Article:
Rescued seal returns to wild after Sydney storm

A young fur seal nicknamed ‘Elvis’ has been released back into the wild after being washed ashore by Sydney’s recent wild storms.
By AG Staff Writer June 29, 2016 Reading Time: 2 Minutes

AN 18-MONTH-OLD long-nosed fur seal has been released back into the wild outside Sydney heads, less then two weeks after being rescued when much of the NSW east coast was hit by wild storms last month.

The young seal was taken to Taronga Wildlife Hospital on 17 June after he was found exhausted and malnourished on South Curl Curl Beach in Sydney’s north. He soon gained his nickname, ‘Elvis’, for the way he shuffled on the soft matting at the wildlife hospital.

Elvis rescued fur seal

Image courtesy Taronga Zoo

Elvis’s release was a joint operation by Taronga vets, marine mammal rescue organisation ORRCA, and the RSPCA.

“He was initially a bit hesitant to get in the water, but eventually he dived in and started swimming strongly,” said Taronga’s Senior Veterinarian, Larry Vogelnest.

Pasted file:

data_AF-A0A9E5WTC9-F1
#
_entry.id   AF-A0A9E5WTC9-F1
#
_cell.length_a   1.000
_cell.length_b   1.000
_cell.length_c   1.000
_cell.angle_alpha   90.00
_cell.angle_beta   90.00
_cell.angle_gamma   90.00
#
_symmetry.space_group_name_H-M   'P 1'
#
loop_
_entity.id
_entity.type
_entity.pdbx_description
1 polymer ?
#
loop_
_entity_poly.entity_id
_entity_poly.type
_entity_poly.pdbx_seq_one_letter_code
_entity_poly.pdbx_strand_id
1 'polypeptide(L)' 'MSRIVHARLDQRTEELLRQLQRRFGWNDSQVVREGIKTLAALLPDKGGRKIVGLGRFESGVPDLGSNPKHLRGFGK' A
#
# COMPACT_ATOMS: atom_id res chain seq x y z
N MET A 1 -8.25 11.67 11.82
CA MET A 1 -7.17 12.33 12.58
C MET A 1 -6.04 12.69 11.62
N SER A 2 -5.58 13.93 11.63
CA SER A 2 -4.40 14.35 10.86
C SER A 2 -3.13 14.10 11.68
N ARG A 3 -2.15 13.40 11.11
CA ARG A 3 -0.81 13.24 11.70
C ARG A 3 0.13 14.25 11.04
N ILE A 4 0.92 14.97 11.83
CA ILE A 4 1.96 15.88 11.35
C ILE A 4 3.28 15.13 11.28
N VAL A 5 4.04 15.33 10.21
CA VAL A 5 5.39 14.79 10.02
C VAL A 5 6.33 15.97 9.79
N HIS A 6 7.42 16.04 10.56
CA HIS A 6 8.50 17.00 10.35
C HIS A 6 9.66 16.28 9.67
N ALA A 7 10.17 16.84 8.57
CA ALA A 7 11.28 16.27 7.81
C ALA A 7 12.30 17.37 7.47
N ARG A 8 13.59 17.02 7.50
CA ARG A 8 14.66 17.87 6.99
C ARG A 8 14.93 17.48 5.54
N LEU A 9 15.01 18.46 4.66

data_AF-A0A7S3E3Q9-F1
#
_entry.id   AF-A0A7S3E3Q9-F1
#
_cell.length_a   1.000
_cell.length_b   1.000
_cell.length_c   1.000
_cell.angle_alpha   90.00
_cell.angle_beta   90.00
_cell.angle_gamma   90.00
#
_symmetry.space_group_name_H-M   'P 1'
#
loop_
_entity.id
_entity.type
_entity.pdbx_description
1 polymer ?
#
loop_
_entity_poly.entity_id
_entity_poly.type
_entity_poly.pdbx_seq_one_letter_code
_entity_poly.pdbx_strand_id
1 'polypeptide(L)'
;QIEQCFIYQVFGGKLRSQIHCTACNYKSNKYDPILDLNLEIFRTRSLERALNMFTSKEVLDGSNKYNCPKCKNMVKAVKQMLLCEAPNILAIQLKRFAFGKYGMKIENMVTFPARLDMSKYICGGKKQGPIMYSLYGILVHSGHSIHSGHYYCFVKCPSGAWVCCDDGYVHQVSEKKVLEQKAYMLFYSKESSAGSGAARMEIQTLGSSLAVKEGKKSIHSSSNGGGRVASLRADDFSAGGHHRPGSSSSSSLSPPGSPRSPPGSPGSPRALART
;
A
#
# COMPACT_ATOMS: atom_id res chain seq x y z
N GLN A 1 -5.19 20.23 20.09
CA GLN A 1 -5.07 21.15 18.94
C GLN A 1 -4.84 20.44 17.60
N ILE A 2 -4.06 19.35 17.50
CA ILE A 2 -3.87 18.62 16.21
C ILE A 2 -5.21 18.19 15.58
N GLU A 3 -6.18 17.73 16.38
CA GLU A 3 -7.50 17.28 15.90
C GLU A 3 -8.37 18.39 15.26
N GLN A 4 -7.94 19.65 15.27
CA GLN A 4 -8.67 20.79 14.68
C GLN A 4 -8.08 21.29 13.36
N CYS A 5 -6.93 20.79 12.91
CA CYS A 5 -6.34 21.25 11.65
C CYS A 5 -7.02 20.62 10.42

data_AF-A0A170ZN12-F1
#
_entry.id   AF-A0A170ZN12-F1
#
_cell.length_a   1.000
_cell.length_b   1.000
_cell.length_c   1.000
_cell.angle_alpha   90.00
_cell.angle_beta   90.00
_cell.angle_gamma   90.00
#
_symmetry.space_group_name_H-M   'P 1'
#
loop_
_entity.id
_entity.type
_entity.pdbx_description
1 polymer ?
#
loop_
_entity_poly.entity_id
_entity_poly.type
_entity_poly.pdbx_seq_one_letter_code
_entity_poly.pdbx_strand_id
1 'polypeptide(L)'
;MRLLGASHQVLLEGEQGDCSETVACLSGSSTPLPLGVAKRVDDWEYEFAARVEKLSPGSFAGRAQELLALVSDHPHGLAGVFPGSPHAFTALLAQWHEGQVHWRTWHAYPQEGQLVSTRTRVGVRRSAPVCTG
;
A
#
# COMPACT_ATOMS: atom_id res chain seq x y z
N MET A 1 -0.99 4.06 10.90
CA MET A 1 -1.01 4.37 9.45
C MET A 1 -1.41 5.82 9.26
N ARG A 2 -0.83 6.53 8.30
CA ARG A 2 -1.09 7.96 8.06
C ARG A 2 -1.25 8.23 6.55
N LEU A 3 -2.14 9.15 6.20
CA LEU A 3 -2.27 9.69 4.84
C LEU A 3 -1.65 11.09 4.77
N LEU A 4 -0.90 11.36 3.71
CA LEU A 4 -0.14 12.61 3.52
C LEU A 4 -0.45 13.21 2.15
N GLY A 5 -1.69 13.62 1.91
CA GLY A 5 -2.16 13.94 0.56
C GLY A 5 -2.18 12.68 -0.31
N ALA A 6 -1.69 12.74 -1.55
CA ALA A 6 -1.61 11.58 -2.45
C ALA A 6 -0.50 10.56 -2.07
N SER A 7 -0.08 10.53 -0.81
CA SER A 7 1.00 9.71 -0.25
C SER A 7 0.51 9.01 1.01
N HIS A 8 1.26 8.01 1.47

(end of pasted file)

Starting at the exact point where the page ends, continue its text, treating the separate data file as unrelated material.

Larry said Elvis’s speedy recovery was thanks to treatment with antibiotics and fluids and a healthy diet of fresh fish.

“He’s one of the lucky ones. He was pretty feisty when he first arrived at the hospital, which was a good indicator that he’d be a suitable candidate for short term care and release,” Larry said.

Elvis rescued fur seal

Image courtesy Taronga Zoo

Shona Lorigan, the Vice President of ORRCA, said Elvis was part of a sudden spike of young seals running into trouble in and around Sydney. She said volunteers have already responded to 62 seal incidents, compared with 26 from the same period last year.

“Our belief is that this year’s large numbers are the result of a very successful pupping season in 2014-2015, combined with the huge storms earlier this month that really smashed the little seals around,” said Shona.

Larry explained that Elvis may choose to stay in the waters around Sydney in the short-term, before eventually heading south in October. 

“He looked fantastic and alert in the water, so we can only hope he grows up to be a big, healthy seal,” he added.

The NSW National Parks and Wildlife Service (NPWS) asks anyone who comes across a seal that has come ashore to give them space to rest and recover. Intervention is considered a last resort and, in most cases, the seals will depart of their own accord.

People can report injured seals to NPWS by calling 13000 PARKS (13000 72757) or ORRCA on (02) 9415 3333.

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